Darth Vader would have made a terrible lawyer

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You have a marketing voice and it can make or break you.

Your marketing voice is the personality you present in your writing, in your presentations, and in conversations. It paints a picture of who you are and what it would be like to work with you. Your voice either attracts people to you or pushes them away.

If you sound arrogant, overly aggressive, or overly formal, you push people away. If you sound weak or overly casual, you do the same.

People expect a lawyer to sound like a professional. Not too hot or too cold. They want you to be strong and confident but even-tempered. Friendly and approachable but not a pushover. They want you to speak to them, not down to them. They want you to be conversational, not academic.

A little toughness. A little charm.

Your marketing voice–on your website, in your newsletter, in your presentations–should resonate with your target market. It should attract them and inspire them to connect with you. It should make them trust you and choose you to represent them.

If your marketing voice is working for you, great. If not, get some help. Get a marketing pro or a writer to look at your writing and presentations and give you some advice. Or hire them and have them do a makeover.

How to write a report that attracts new clients

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Fake news, fake reviews–does anyone really care?

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I know you’re honest and only speak (and publish) the truth. You don’t fudge numbers, embellish facts, or exaggerate results.

At least not intentionally.

But guess what? All of your efforts to tell the whole truth and nothing but the truth may be for naught if the truth you tell doesn’t appear to be true.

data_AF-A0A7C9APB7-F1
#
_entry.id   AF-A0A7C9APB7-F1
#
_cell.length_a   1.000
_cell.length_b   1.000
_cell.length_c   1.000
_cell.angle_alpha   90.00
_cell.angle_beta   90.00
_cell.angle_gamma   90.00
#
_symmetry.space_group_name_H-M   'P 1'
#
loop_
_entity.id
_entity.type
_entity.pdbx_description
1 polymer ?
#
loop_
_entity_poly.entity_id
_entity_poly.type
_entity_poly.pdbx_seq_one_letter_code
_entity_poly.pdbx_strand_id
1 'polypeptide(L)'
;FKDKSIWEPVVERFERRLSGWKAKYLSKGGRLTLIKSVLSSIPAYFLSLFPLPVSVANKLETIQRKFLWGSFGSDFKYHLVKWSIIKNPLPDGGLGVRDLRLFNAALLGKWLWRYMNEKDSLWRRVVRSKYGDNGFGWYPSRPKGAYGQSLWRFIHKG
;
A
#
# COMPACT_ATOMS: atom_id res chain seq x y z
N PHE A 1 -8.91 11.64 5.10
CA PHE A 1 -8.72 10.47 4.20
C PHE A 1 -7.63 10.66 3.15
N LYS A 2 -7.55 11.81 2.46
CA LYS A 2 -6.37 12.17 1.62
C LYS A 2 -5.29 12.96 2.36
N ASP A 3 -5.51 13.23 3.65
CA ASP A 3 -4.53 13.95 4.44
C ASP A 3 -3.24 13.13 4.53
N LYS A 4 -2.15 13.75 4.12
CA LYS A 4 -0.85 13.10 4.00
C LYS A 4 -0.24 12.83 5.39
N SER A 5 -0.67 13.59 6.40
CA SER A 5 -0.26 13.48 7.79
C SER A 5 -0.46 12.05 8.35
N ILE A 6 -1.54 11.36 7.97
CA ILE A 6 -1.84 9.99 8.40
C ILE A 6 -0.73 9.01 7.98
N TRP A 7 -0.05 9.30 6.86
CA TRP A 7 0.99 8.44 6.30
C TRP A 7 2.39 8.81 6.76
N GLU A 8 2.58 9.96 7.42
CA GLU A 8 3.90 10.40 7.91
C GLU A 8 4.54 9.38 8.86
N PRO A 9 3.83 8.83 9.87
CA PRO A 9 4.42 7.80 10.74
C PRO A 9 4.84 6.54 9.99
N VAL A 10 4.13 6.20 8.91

There’s even a word for it: verisimilitude, meaning “the appearance of truth”. When it comes to marketing, appearance is everything.

I’ve seen a lot of new books lately, by unknown authors, that have 40 four- or five-star reviews within a few days of publication. It doesn’t take a genius to see that these reviews are predominately fake, written by paid reviewers who haven’t read the book.

But even if every one of these reviews were real and honestly earned, many would doubt their veracity because there are too many, too fast and because they seem too good to be true.

Lesson: don’t fear negative reviews. If you’re getting mostly positive reviews for your practice (or books), the occasional less-than-positive review actually helps you because it makes the sum of your reviews more believable.

Lesson: look at your presentations and written materials with the eye of a prospective client. If something looks too good to be true, you need to do something about it. If you’re reporting great results in a case, for example, explain why and how you got those results (and that they aren’t typical).

In the short term, fake reviews can work. Just like fake news, they’ll fool enough people to get some short term results. In the long run, however, the truth–or the lack of verisimilitude–catches up with them.

How to write content that brings in more clients

 

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What?

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In college, I had a professor who mumbled. I sat in the front row and could usually figure out what he was saying but sometimes he also spoke at a low level and I couldn’t understand him at all.

One time, I raised my hand and said, “Could you mumble a little louder?” Everyone laughed, including my professor. (All was okay. He later wrote me a recommendation letter to law school).